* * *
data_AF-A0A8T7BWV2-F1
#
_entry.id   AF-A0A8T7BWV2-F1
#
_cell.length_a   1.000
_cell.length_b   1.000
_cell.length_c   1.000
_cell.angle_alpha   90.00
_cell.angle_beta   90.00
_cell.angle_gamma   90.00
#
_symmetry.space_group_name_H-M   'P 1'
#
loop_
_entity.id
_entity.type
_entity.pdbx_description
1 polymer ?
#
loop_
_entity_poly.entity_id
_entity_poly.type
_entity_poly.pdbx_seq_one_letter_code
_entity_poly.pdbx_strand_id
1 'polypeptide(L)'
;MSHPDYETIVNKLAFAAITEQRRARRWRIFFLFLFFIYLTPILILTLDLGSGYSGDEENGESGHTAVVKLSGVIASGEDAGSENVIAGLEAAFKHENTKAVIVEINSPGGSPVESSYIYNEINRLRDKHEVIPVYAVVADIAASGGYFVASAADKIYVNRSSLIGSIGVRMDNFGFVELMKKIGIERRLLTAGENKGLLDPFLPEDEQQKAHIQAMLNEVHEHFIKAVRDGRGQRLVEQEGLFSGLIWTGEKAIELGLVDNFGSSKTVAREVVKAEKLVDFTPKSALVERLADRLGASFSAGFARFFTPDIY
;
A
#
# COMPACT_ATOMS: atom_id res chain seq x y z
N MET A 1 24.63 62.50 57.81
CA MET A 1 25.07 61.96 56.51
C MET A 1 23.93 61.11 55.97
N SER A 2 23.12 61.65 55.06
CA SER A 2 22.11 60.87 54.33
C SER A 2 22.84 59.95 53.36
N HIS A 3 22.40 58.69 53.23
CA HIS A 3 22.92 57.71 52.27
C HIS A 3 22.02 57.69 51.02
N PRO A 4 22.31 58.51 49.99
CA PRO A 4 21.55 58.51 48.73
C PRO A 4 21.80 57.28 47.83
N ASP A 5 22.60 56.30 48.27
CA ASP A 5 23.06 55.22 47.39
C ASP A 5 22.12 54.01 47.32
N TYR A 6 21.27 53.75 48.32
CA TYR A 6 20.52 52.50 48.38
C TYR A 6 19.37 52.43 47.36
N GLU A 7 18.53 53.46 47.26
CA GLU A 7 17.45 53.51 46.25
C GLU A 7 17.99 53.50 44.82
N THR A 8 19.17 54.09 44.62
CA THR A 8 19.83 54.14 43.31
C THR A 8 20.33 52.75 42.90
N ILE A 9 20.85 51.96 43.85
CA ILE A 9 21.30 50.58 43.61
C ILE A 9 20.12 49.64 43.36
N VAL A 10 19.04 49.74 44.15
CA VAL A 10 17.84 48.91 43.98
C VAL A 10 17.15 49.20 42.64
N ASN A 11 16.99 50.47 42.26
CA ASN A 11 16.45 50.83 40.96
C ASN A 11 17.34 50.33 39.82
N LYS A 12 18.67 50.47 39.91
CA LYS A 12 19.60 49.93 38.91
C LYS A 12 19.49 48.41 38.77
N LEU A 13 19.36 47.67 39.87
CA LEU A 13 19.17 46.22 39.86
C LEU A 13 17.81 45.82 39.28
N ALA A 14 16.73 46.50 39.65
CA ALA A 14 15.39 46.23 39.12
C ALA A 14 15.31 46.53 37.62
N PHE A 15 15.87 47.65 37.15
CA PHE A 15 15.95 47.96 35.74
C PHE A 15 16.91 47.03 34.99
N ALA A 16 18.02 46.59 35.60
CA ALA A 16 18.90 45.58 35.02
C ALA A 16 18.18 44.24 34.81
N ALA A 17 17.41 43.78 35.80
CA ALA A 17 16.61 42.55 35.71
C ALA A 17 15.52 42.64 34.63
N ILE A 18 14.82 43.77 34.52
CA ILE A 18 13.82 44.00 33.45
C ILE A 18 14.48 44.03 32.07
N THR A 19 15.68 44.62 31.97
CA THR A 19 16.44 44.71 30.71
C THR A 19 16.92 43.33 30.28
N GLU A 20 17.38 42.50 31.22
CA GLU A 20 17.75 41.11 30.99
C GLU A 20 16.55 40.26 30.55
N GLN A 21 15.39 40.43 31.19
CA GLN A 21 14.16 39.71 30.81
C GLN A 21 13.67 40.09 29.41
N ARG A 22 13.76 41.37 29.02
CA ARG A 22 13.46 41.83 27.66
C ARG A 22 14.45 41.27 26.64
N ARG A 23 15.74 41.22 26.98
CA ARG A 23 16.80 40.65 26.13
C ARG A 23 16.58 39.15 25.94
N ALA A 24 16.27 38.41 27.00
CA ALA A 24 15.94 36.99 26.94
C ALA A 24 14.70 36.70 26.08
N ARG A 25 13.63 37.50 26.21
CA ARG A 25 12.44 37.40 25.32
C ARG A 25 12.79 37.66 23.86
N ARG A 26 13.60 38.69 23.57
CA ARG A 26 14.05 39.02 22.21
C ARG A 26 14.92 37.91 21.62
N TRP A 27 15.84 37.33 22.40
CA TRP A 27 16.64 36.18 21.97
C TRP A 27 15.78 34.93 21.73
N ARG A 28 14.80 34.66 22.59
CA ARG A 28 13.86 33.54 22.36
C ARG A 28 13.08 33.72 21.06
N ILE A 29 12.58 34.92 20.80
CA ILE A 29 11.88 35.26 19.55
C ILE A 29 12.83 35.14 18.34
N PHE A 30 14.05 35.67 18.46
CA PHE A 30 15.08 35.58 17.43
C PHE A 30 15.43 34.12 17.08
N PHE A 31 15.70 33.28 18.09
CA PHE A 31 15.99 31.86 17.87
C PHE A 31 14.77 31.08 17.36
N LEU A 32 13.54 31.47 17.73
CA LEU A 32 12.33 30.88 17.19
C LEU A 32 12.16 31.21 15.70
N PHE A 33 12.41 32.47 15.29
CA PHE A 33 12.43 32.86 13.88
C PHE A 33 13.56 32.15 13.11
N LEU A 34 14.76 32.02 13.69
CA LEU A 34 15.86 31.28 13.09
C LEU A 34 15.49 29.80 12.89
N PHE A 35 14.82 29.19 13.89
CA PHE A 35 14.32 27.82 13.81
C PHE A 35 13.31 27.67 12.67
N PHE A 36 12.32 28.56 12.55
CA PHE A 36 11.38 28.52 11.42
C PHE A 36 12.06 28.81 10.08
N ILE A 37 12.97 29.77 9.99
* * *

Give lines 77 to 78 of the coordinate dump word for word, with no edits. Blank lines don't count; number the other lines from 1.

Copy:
CA ALA A 16 18.90 45.58 35.02
C ALA A 16 18.18 44.24 34.81